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A power of attorney can be an important part of an estate plan

Estate planning in Florida involves more than just figuring out how to distribute one's person's assets at death. Discussing the estate with potential heirs, creating a will and setting up appropriate trusts are all important aspects of the estate planning process. However, so too is planning for the possibility of being incapacitated and unable to manage one's assets and financial affairs. This is where a power of attorney (POA) can become an important component of an estate plan.

In the context of dealing with financial accounts and assets, a POA is an instrument that allows one person, known as the attorney in fact, to make legally binding decisions on behalf of the account holder, who is referred to as the principal. The Financial Industry Regulatory Authority (FINRA) suggests that people consider a number of factors before choosing a person who will have this kind of authority over their investment accounts.

FINRA warns that a person should never let someone else pressure them into signing a POA. A POA is a powerful legal instrument and if someone is pressuring another person to grant them that kind of power, it could be because they plan to use the POA for their own benefit. When selecting an attorney in fact, the account holder should have complete trust in that person, and the attorney in fact should fully understand the principal's investment goals. Furthermore, it is important for the account holder to know how they can go about revoking or changing their POA for any reason.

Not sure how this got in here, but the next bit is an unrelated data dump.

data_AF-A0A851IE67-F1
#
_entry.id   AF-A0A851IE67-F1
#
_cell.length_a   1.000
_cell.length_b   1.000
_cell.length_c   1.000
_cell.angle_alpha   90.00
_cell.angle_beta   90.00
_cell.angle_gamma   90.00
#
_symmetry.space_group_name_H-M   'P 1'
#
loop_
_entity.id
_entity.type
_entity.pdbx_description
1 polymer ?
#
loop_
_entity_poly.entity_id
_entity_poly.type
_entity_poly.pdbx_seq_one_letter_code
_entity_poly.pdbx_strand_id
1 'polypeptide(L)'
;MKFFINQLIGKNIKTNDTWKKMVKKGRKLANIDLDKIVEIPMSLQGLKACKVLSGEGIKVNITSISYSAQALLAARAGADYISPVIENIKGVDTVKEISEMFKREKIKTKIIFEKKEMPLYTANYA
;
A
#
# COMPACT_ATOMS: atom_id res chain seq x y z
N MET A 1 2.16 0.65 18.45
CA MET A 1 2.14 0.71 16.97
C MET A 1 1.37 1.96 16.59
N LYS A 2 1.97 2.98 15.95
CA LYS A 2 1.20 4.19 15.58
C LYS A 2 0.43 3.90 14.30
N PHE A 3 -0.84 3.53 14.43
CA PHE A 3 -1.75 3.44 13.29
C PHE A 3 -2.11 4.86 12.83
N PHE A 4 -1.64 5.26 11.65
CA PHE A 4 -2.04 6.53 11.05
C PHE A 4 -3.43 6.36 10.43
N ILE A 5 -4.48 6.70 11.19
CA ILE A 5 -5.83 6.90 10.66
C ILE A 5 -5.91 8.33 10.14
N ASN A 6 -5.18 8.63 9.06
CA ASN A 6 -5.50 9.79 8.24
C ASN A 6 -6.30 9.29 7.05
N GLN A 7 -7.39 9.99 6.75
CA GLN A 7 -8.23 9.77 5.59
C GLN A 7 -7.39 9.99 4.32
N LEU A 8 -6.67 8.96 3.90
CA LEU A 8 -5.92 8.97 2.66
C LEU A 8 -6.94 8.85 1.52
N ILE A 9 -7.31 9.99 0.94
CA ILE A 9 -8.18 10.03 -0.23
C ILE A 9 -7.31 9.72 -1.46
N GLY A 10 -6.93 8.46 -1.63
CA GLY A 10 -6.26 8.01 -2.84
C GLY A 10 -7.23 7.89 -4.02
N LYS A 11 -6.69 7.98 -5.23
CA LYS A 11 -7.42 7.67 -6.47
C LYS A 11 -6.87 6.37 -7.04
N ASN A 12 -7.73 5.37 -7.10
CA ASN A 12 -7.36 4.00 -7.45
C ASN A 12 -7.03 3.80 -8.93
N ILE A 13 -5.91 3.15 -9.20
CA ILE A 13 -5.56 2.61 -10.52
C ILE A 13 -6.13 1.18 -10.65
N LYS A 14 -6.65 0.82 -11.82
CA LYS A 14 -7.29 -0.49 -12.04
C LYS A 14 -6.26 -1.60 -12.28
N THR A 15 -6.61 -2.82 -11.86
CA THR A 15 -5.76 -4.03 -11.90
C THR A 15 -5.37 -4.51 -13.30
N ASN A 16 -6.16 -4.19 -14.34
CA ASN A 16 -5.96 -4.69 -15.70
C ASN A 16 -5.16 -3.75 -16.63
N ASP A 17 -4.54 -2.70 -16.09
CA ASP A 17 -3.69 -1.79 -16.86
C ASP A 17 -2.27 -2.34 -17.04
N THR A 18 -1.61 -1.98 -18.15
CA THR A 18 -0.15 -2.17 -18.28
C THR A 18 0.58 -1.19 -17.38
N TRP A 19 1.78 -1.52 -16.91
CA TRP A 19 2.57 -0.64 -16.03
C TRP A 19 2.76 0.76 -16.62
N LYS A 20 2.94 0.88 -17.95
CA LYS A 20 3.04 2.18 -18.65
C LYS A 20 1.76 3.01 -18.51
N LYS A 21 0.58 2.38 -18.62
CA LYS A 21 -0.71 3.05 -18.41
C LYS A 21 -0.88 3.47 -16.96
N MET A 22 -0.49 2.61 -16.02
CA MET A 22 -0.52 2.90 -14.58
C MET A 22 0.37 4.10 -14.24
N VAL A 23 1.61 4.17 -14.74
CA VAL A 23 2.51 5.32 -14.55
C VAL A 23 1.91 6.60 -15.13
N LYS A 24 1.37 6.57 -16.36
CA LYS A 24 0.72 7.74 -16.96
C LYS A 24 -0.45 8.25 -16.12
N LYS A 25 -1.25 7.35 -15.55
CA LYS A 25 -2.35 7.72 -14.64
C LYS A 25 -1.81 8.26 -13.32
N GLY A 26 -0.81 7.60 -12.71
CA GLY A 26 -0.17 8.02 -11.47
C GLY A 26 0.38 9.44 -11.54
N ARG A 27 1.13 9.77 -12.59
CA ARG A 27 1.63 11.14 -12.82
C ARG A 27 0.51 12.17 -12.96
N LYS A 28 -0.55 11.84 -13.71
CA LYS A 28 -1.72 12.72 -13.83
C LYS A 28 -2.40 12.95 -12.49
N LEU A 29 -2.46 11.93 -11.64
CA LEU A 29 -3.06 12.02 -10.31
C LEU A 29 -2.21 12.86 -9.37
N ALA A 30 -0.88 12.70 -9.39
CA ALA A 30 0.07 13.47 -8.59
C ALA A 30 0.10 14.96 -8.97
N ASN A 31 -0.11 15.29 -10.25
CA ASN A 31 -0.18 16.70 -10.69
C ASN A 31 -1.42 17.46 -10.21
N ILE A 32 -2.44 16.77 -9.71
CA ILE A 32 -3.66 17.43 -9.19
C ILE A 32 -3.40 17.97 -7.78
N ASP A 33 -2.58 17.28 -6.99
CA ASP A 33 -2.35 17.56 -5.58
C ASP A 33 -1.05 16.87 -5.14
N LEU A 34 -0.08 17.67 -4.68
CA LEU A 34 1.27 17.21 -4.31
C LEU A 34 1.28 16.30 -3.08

Another tip from FINRA is that the principal should research the applicable legal issues before executing a POA. An experienced estate administration attorney can review the principal's wishes and help them to craft a legally enforceable POA.

A POA can be an important piece of a thorough estate plan. As a person ages, or if they become unexpectedly incapacitated, they may be unable to keep up with managing their financial accounts. People in Polk County who want to set up a POA may want to first speak with an estate planning attorney to make sure that they cover all the important bases before giving someone else power over their financial accounts.

Source: The Motley Fool, "Power of Attorney and Your Investments: 10 Tips," Accessed on April 4, 2016

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